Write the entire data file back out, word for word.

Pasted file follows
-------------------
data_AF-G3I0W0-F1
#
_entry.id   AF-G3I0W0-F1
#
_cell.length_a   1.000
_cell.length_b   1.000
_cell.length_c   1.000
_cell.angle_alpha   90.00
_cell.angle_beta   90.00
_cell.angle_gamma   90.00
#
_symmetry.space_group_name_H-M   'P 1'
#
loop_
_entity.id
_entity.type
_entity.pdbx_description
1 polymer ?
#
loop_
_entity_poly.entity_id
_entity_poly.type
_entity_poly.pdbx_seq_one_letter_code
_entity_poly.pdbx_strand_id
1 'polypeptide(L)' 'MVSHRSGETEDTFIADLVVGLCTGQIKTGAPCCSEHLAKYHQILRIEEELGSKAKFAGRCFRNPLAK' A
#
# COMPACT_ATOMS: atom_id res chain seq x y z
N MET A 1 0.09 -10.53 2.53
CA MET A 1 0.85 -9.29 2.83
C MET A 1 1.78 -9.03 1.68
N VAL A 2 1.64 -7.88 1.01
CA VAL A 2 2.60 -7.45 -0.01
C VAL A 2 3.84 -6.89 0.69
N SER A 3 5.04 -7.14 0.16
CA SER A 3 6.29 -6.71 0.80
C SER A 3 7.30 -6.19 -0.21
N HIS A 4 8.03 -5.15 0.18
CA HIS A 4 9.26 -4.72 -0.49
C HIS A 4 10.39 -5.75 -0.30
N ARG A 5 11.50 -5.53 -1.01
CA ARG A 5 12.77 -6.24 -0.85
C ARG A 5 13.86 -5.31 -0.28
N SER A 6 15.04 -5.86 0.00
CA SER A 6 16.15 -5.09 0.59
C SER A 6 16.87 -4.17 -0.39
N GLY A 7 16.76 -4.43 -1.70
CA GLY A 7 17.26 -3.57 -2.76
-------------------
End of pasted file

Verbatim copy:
data_AF-G3I0W0-F1
#
_entry.id   AF-G3I0W0-F1
#
_cell.length_a   1.000
_cell.length_b   1.000
_cell.length_c   1.000
_cell.angle_alpha   90.00
_cell.angle_beta   90.00
_cell.angle_gamma   90.00
#
_symmetry.space_group_name_H-M   'P 1'
#
loop_
_entity.id
_entity.type
_entity.pdbx_description
1 polymer ?
#
loop_
_entity_poly.entity_id
_entity_poly.type
_entity_poly.pdbx_seq_one_letter_code
_entity_poly.pdbx_strand_id
1 'polypeptide(L)' 'MVSHRSGETEDTFIADLVVGLCTGQIKTGAPCCSEHLAKYHQILRIEEELGSKAKFAGRCFRNPLAK' A
#
# COMPACT_ATOMS: atom_id res chain seq x y z
N MET A 1 0.09 -10.53 2.53
CA MET A 1 0.85 -9.29 2.83
C MET A 1 1.78 -9.03 1.68
N VAL A 2 1.64 -7.88 1.01
CA VAL A 2 2.60 -7.45 -0.01
C VAL A 2 3.84 -6.89 0.69
N SER A 3 5.04 -7.14 0.16
CA SER A 3 6.29 -6.71 0.80
C SER A 3 7.30 -6.19 -0.21
N HIS A 4 8.03 -5.15 0.18
CA HIS A 4 9.26 -4.72 -0.49
C HIS A 4 10.39 -5.75 -0.30
N ARG A 5 11.50 -5.53 -1.01
CA ARG A 5 12.77 -6.24 -0.85
C ARG A 5 13.86 -5.31 -0.28
N SER A 6 15.04 -5.86 0.00
CA SER A 6 16.15 -5.09 0.59
C SER A 6 16.87 -4.17 -0.39
N GLY A 7 16.76 -4.43 -1.70
CA GLY A 7 17.26 -3.57 -2.76